Peter Martins, who led the New York City Ballet, resigned on January 1 after five dancers accused Martins of physical and verbal abuse dating back to 1993, the New York Times reports.
In a letter Martins wrote to the board announcing his retirement, effective immediately, he asserted that he has denied and will continue to deny the allegations of misconduct.“I cooperated fully in the investigation and understand it will be completed shortly,” Martins wrote. “I believe its findings would have vindicated me.”
In December the New York Times interviewed five dancers, including one who is still at the company, about Martins’ violent behavior towards dancers, including an incident where he allegedly slammed a dancer into a cement wall. Martins was also arrested in 1992 on charges of beating his wife, Darci Kistler, who was also a principal dancer at the company.
The newspaper reports that in recent interviews dancers described a culture of intimidation under Martins which include body-shaming and engaging in sexual relationships with dancers who then reportedly received better roles in productions. The singer-songwriter Vanessa Carlton, who was a former dancer with the School of American Ballet, wrote in a letter to Robert I. Lipp, vice chairman of City Ballet: “Every single ex-dancer that I know, including myself, will be devastated if Peter is allowed to waltz back into his office.”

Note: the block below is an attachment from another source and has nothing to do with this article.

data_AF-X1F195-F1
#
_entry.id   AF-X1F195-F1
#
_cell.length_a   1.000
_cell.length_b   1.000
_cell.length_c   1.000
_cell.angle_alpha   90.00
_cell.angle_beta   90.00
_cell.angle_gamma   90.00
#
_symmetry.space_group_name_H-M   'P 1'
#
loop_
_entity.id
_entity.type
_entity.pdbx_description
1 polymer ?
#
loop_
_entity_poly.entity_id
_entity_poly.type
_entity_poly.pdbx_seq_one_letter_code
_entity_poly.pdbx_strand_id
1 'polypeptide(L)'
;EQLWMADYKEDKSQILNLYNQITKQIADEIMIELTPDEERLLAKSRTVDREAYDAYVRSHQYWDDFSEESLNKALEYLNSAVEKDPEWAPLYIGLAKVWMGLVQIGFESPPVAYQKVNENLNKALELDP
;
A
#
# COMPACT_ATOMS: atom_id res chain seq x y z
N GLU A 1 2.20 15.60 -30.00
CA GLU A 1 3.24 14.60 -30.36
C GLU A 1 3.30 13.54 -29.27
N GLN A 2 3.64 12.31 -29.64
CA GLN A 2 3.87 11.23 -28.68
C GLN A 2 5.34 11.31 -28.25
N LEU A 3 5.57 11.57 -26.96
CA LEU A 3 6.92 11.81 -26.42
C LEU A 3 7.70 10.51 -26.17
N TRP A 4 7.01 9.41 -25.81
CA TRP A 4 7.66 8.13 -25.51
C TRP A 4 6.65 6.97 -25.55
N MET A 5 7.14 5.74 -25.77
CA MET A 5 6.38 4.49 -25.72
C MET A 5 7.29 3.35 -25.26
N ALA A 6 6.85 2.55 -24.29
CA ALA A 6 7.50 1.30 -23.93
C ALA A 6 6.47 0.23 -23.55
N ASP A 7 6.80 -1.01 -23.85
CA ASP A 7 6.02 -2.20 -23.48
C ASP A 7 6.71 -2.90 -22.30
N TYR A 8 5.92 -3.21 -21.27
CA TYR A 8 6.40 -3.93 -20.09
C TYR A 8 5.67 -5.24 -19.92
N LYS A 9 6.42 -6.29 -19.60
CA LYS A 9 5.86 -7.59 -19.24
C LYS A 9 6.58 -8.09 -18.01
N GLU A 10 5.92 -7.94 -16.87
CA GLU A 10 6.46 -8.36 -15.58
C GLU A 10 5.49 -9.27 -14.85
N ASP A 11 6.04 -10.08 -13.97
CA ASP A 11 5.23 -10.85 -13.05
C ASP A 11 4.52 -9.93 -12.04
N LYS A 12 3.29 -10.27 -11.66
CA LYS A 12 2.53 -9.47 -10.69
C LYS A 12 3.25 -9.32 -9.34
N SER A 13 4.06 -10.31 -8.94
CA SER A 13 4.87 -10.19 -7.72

Board members learned of Martins’s resignation on January 1 as well as news of his arrest on December 28 for driving while intoxicated. The chairman of the board Charles W. Scharf issued a statement, writing: “The board takes seriously the allegations that have been made against him and we expect the independent investigation of those allegations to be completed soon.” The New York City Ballet is now working to find Martins’s successor.